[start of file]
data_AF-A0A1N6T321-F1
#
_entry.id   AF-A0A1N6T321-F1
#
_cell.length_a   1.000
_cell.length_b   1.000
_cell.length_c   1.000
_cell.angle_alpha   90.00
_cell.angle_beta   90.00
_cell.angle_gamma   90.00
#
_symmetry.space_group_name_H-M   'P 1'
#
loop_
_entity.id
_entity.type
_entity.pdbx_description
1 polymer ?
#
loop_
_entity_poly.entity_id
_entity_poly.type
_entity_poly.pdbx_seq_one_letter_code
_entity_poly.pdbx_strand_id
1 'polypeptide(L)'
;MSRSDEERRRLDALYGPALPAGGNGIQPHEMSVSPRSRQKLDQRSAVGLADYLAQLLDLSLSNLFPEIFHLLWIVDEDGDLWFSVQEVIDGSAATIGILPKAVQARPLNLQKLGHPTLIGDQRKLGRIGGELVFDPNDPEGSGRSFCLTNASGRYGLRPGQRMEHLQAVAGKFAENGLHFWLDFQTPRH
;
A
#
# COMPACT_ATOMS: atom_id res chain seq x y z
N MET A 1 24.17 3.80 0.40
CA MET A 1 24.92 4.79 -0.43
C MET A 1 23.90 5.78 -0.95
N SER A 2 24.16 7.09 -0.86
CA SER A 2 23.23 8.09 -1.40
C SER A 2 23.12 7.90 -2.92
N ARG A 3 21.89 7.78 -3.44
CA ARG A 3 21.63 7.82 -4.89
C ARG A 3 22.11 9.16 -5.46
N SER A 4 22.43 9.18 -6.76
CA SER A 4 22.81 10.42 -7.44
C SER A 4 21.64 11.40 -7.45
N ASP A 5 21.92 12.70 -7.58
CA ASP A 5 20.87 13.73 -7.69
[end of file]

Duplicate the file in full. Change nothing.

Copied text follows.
data_AF-A0A1N6T321-F1
#
_entry.id   AF-A0A1N6T321-F1
#
_cell.length_a   1.000
_cell.length_b   1.000
_cell.length_c   1.000
_cell.angle_alpha   90.00
_cell.angle_beta   90.00
_cell.angle_gamma   90.00
#
_symmetry.space_group_name_H-M   'P 1'
#
loop_
_entity.id
_entity.type
_entity.pdbx_description
1 polymer ?
#
loop_
_entity_poly.entity_id
_entity_poly.type
_entity_poly.pdbx_seq_one_letter_code
_entity_poly.pdbx_strand_id
1 'polypeptide(L)'
;MSRSDEERRRLDALYGPALPAGGNGIQPHEMSVSPRSRQKLDQRSAVGLADYLAQLLDLSLSNLFPEIFHLLWIVDEDGDLWFSVQEVIDGSAATIGILPKAVQARPLNLQKLGHPTLIGDQRKLGRIGGELVFDPNDPEGSGRSFCLTNASGRYGLRPGQRMEHLQAVAGKFAENGLHFWLDFQTPRH
;
A
#
# COMPACT_ATOMS: atom_id res chain seq x y z
N MET A 1 24.17 3.80 0.40
CA MET A 1 24.92 4.79 -0.43
C MET A 1 23.90 5.78 -0.95
N SER A 2 24.16 7.09 -0.86
CA SER A 2 23.23 8.09 -1.40
C SER A 2 23.12 7.90 -2.92
N ARG A 3 21.89 7.78 -3.44
CA ARG A 3 21.63 7.82 -4.89
C ARG A 3 22.11 9.16 -5.46
N SER A 4 22.43 9.18 -6.76
CA SER A 4 22.81 10.42 -7.44
C SER A 4 21.64 11.40 -7.45
N ASP A 5 21.92 12.70 -7.58
CA ASP A 5 20.87 13.73 -7.69